8 of 9 people found the following review helpful
Unconvincing change of arena,
By A Customer
This review is from: On Green Dolphin Street (Hardcover)
This book marks a departure for Faulks from his last two novels in the French triology which were so sucessful in stirring empathy in the reader. "On Green Dolphin Street" sees Faulks tackle a love story set against the political race for the US presidency between Kennedy and Nixon.
Many of Faulks' usual ingredients are present in this book: focus on a love story, intense characterisations and well researched historical details. The problem with the book was the historical context he has chosen: Faulks fails to recreate the sense of change which the US was undergoing in the late fifties/early sixties and he relies too heaviliy on the poignancy which the reader's hindsight brings to the fate of Kennedy and Nixon. The fact that Faulks harks back to WW2 and Vietnam in the recollections of the two male lead characters suggests that even he knew that political battles are no real substtiute for physical warfare as a setting for a love story.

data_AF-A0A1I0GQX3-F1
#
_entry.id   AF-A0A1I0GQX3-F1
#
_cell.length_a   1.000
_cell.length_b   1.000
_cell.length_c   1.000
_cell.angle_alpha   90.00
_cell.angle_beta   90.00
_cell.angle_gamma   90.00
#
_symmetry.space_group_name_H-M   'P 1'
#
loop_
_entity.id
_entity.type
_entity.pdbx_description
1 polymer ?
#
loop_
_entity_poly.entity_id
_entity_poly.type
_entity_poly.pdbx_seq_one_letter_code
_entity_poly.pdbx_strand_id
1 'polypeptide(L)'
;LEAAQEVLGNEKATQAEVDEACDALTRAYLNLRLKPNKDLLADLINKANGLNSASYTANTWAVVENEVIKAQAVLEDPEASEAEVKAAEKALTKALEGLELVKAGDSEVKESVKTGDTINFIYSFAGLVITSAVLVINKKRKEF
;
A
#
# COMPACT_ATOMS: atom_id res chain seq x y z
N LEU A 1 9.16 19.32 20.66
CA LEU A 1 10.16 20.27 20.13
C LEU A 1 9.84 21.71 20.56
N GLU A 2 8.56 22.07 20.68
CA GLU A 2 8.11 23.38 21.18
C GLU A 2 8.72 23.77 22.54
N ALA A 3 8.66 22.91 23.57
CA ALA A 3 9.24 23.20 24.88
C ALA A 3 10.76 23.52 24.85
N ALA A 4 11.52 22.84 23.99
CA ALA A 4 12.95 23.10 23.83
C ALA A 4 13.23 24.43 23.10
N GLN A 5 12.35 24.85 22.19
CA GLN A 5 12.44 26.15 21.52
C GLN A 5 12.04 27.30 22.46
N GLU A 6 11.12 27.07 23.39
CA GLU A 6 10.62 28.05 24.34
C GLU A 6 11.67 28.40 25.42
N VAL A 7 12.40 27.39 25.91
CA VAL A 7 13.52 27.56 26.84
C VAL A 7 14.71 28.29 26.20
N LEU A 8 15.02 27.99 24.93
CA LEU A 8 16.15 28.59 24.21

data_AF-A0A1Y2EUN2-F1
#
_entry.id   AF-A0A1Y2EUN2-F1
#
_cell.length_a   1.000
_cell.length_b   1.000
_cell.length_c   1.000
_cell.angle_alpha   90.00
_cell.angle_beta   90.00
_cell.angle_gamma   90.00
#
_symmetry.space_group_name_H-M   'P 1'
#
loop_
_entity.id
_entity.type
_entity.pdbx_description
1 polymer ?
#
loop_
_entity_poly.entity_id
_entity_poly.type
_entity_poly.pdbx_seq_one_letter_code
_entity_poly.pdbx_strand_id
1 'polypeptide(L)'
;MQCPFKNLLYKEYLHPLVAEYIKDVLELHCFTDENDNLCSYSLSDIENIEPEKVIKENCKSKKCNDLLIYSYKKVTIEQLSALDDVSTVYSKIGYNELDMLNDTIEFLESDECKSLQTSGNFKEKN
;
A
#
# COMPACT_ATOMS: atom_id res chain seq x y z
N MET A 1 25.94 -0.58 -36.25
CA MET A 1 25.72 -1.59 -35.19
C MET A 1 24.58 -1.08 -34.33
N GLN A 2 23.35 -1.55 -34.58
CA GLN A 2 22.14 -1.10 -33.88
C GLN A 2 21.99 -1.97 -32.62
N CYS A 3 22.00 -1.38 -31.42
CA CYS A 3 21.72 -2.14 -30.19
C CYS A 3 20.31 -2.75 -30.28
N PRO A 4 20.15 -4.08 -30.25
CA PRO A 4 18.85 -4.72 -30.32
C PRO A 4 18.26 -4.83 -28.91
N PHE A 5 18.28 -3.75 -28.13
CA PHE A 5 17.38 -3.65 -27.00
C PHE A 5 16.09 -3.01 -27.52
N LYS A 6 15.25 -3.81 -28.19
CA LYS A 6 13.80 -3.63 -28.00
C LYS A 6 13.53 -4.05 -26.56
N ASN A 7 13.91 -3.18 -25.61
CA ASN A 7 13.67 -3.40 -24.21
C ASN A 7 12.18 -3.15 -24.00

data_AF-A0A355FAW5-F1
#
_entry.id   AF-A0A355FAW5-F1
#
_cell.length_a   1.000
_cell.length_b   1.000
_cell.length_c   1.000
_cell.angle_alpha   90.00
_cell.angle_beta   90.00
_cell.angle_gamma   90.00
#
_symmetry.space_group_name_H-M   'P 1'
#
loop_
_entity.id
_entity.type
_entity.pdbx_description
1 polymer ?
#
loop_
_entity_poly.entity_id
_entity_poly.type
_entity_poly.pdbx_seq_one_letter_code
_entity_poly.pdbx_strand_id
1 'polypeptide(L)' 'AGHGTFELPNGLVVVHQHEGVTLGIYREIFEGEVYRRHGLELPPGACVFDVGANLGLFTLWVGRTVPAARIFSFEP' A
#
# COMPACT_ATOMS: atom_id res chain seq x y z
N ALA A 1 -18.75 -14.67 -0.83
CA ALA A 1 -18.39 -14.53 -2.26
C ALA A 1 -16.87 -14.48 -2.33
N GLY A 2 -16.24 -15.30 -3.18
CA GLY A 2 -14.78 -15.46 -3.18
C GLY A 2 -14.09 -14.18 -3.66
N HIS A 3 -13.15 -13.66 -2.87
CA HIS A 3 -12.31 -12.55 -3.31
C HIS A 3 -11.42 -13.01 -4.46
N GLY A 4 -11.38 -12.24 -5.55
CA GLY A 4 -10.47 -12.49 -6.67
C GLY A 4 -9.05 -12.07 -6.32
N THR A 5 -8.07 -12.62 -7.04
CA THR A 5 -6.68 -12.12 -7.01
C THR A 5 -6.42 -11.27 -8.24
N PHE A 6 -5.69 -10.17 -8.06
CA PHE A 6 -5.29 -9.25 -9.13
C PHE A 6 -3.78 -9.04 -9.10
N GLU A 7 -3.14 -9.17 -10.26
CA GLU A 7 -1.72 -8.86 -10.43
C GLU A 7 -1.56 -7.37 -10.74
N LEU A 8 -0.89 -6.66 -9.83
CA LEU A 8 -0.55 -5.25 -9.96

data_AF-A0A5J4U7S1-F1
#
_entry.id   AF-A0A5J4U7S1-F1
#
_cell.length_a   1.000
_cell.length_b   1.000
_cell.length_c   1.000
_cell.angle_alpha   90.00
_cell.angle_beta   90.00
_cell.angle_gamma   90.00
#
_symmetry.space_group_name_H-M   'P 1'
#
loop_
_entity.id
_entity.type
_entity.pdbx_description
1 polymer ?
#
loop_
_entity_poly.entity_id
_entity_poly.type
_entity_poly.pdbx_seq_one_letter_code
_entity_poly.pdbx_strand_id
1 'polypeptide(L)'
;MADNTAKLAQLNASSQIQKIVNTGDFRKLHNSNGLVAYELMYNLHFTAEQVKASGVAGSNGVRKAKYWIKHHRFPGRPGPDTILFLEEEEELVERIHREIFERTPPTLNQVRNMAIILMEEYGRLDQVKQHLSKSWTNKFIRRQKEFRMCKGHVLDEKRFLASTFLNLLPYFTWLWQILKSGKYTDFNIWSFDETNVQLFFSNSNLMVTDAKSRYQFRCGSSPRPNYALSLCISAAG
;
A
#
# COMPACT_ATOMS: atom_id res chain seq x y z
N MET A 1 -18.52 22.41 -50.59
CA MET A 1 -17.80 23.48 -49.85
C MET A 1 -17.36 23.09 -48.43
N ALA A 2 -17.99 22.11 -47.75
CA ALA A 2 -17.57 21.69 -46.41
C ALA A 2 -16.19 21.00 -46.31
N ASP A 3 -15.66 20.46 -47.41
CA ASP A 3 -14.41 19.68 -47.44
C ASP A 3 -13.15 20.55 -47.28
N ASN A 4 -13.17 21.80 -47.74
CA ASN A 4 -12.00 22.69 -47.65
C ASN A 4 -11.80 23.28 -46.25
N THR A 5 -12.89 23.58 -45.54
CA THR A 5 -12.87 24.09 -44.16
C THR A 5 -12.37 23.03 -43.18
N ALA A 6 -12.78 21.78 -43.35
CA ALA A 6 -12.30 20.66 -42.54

I finished the book not caring about the fate of any of the three main characters, largely as a result of the curiously dispassionate description of their feelings.
Faulks does succeed in depicting well New York of the era and the description of Mary's reactions to the death of her mother were very moving - and if only for that reason it is worth a read.